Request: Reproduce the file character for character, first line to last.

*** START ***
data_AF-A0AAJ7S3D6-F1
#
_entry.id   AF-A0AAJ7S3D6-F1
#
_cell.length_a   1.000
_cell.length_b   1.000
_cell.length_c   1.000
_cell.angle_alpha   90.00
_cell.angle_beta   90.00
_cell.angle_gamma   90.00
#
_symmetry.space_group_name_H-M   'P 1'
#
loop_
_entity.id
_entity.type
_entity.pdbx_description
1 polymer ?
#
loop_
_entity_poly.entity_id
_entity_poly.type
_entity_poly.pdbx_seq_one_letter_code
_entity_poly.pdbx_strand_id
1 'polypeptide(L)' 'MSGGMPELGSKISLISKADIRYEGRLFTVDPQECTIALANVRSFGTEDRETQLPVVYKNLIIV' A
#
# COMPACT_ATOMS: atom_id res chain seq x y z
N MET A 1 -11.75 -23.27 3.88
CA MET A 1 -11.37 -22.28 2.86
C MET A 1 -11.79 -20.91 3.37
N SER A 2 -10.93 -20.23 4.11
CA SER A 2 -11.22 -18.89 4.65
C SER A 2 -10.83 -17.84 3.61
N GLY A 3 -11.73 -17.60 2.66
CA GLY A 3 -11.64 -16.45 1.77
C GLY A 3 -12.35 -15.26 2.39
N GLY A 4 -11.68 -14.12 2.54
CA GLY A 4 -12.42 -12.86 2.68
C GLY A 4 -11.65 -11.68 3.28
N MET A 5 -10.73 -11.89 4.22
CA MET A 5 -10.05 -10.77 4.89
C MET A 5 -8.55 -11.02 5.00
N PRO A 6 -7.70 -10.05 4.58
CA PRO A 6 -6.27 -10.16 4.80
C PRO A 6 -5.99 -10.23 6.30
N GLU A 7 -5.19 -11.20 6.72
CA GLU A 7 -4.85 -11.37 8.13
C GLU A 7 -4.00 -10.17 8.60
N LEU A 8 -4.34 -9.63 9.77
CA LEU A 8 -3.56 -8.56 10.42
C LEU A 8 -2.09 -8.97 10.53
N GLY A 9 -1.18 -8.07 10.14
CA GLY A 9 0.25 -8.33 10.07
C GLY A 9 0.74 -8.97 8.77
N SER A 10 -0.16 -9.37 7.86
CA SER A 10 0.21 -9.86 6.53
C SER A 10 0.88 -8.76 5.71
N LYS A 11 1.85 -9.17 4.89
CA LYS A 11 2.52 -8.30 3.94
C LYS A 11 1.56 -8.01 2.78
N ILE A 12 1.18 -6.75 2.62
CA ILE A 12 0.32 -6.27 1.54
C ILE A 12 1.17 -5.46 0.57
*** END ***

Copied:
data_AF-A0AAJ7S3D6-F1
#
_entry.id   AF-A0AAJ7S3D6-F1
#
_cell.length_a   1.000
_cell.length_b   1.000
_cell.length_c   1.000
_cell.angle_alpha   90.00
_cell.angle_beta   90.00
_cell.angle_gamma   90.00
#
_symmetry.space_group_name_H-M   'P 1'
#
loop_
_entity.id
_entity.type
_entity.pdbx_description
1 polymer ?
#
loop_
_entity_poly.entity_id
_entity_poly.type
_entity_poly.pdbx_seq_one_letter_code
_entity_poly.pdbx_strand_id
1 'polypeptide(L)' 'MSGGMPELGSKISLISKADIRYEGRLFTVDPQECTIALANVRSFGTEDRETQLPVVYKNLIIV' A
#
# COMPACT_ATOMS: atom_id res chain seq x y z
N MET A 1 -11.75 -23.27 3.88
CA MET A 1 -11.37 -22.28 2.86
C MET A 1 -11.79 -20.91 3.37
N SER A 2 -10.93 -20.23 4.11
CA SER A 2 -11.22 -18.89 4.65
C SER A 2 -10.83 -17.84 3.61
N GLY A 3 -11.73 -17.60 2.66
CA GLY A 3 -11.64 -16.45 1.77
C GLY A 3 -12.35 -15.26 2.39
N GLY A 4 -11.68 -14.12 2.54
CA GLY A 4 -12.42 -12.86 2.68
C GLY A 4 -11.65 -11.68 3.28
N MET A 5 -10.73 -11.89 4.22
CA MET A 5 -10.05 -10.77 4.89
C MET A 5 -8.55 -11.02 5.00
N PRO A 6 -7.70 -10.05 4.58
CA PRO A 6 -6.27 -10.16 4.80
C PRO A 6 -5.99 -10.23 6.30
N GLU A 7 -5.19 -11.20 6.72
CA GLU A 7 -4.85 -11.37 8.13
C GLU A 7 -4.00 -10.17 8.60
N LEU A 8 -4.34 -9.63 9.77
CA LEU A 8 -3.56 -8.56 10.42
C LEU A 8 -2.09 -8.97 10.53
N GLY A 9 -1.18 -8.07 10.14
CA GLY A 9 0.25 -8.33 10.07
C GLY A 9 0.74 -8.97 8.77
N SER A 10 -0.16 -9.37 7.86
CA SER A 10 0.21 -9.86 6.53
C SER A 10 0.88 -8.76 5.71
N LYS A 11 1.85 -9.17 4.89
CA LYS A 11 2.52 -8.30 3.94
C LYS A 11 1.56 -8.01 2.78
N ILE A 12 1.18 -6.75 2.62
CA ILE A 12 0.32 -6.27 1.54
C ILE A 12 1.17 -5.46 0.57